Rabih Alameddine, ” An Unnecessary Woman”

An Unnecessary WomanWhen I read a book, I try my best, not always successfully, to let the wall crumble just a bit, the barricade that separates me from the book. I try to be involved. (p.100)

Mine are translations of translations, which by definition means that they are less faithful to the original. (p.104)

I understood from the beginning what what I do isn’t publishable. There’s never been a market for it, and I doubt there ever will be. Literature in the Arab world, in and of itself, isn’t sought after. Literature in translation? Translation of a translation? Why bother? (p.107)

Rabih Alameddine’s novel, An Unnecessary Woman is primarily about translator Aaliya Saleh. She lives alone in her apartment in Beirut, quietly translating novels from English and French into Arabic, only for her pleasure. Once done, she puts the manuscript in to a crate, seals it and pastes the English and French editions on either side of the box, lest she forget the contents of the box. In this manner she has translated thirty-seven books over a period of fifty years. It is an eclectic collection of books, consisting of Tolstoy’s Anna Karenina, Danilo Kis’s The Encyclopedia of the Dead, and W.G.Sebald’s Austerlitz and is contemplating whether to translate Roberto Bolano’s unfinished novel 2666 but is “nurturing doubts”. Divorced at a very young age, Aaliya continues to live in the apartment that her ex-husband and she had rented. It is mostly to the generosity of her landlady, Fadia, that Aaliya has been able to live peacefully, despite Aaliya’s mother and brothers clamouring for it. They are unable to understand why a single woman needs so much space to herself, little realising it is stocked with books.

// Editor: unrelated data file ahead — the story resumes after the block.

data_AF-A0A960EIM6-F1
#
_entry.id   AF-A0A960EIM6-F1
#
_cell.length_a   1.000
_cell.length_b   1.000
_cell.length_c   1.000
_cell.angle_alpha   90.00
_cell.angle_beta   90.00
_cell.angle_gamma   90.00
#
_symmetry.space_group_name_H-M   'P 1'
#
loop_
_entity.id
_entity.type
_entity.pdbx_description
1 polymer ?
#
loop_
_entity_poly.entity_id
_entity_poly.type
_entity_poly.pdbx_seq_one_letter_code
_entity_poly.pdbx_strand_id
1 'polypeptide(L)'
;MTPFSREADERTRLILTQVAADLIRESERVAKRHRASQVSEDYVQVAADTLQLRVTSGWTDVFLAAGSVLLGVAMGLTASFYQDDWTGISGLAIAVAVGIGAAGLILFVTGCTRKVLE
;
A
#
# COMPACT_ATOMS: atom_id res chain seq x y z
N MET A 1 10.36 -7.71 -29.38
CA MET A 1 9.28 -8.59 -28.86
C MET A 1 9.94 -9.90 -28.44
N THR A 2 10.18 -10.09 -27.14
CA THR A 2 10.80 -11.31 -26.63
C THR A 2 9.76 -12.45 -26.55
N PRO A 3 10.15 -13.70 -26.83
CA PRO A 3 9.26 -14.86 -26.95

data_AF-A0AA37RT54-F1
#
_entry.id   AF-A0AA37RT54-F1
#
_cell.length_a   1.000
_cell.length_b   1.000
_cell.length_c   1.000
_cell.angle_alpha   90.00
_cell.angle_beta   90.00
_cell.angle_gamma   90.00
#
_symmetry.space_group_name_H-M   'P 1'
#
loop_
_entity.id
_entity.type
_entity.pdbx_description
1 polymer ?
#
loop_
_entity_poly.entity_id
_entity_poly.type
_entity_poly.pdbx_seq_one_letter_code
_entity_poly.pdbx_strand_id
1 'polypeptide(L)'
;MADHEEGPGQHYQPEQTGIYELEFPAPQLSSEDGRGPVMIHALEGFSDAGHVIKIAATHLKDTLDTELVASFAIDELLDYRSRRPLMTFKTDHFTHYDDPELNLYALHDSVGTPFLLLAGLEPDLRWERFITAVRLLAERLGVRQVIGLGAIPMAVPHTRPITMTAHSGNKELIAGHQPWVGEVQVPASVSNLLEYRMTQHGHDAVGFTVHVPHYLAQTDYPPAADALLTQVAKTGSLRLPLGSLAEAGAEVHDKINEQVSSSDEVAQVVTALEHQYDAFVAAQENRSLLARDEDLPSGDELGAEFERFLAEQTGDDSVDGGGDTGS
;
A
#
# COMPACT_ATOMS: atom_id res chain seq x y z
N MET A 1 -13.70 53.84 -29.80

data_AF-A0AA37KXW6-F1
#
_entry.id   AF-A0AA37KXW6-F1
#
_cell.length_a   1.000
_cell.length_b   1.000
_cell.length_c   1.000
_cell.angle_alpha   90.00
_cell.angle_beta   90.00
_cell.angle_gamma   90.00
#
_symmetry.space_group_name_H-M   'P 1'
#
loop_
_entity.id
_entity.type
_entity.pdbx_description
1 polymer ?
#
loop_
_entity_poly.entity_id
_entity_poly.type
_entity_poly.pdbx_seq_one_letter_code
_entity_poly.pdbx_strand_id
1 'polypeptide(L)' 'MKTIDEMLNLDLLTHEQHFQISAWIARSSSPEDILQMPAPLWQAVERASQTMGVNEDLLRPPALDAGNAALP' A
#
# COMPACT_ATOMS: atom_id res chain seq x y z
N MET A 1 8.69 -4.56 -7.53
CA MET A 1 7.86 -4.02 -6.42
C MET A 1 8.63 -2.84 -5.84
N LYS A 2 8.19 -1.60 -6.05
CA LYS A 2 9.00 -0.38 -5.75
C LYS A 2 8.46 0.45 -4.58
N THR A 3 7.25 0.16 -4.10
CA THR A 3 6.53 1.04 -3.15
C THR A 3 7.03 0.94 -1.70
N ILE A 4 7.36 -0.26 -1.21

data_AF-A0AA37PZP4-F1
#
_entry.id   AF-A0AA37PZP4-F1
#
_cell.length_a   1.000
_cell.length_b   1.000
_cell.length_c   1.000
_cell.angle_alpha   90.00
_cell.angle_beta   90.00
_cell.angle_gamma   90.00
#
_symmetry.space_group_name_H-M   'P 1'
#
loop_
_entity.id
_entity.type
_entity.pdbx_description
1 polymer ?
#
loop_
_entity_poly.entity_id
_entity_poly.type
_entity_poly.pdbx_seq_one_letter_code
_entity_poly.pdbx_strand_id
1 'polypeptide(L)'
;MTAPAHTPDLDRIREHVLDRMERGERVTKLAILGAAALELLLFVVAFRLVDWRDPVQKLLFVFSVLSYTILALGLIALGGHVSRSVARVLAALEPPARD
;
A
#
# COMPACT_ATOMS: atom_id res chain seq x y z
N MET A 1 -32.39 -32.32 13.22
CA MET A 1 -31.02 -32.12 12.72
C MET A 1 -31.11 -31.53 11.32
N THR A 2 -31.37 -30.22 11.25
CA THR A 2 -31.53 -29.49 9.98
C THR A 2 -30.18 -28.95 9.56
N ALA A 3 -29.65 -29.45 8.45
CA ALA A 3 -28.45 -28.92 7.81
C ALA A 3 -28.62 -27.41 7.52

The story of An Unnecessary Woman may revolve around Aaliya Saleh, but it seems to be equally about the women in her building — Fadia, Marie-Therese and Joumana; her mother; her niece, and Hannah — the woman who nearly became Aaliya’s sister-in-law, instead with the untimely death of her brother-in-law, Hannah became the daughter “their” mother-in-law never had! All these women come across as strong, colourful, lively, outspoken and determined women but remain “unnecessary women” to the people in their families, usually it is because these women do not seem to conform to rules set by society. In short, they are independent. At the same time, the plot of An Unnecessary Woman is a brilliant excuse to write an ode to literature. Rabih Alameddine does it well. Hence it is not surprising earlier this week, the novel was longlisted for the 2015 PEN Literary Awards in America.

Read it.

Rabih Alameddine An Unnecessary Woman Corsair Press, an imprint of Little, Brown Book Group, London, 2014. Pb. pp. 300. Rs. 399 ( Distributed in India by Hachette India) 

20 March 2015

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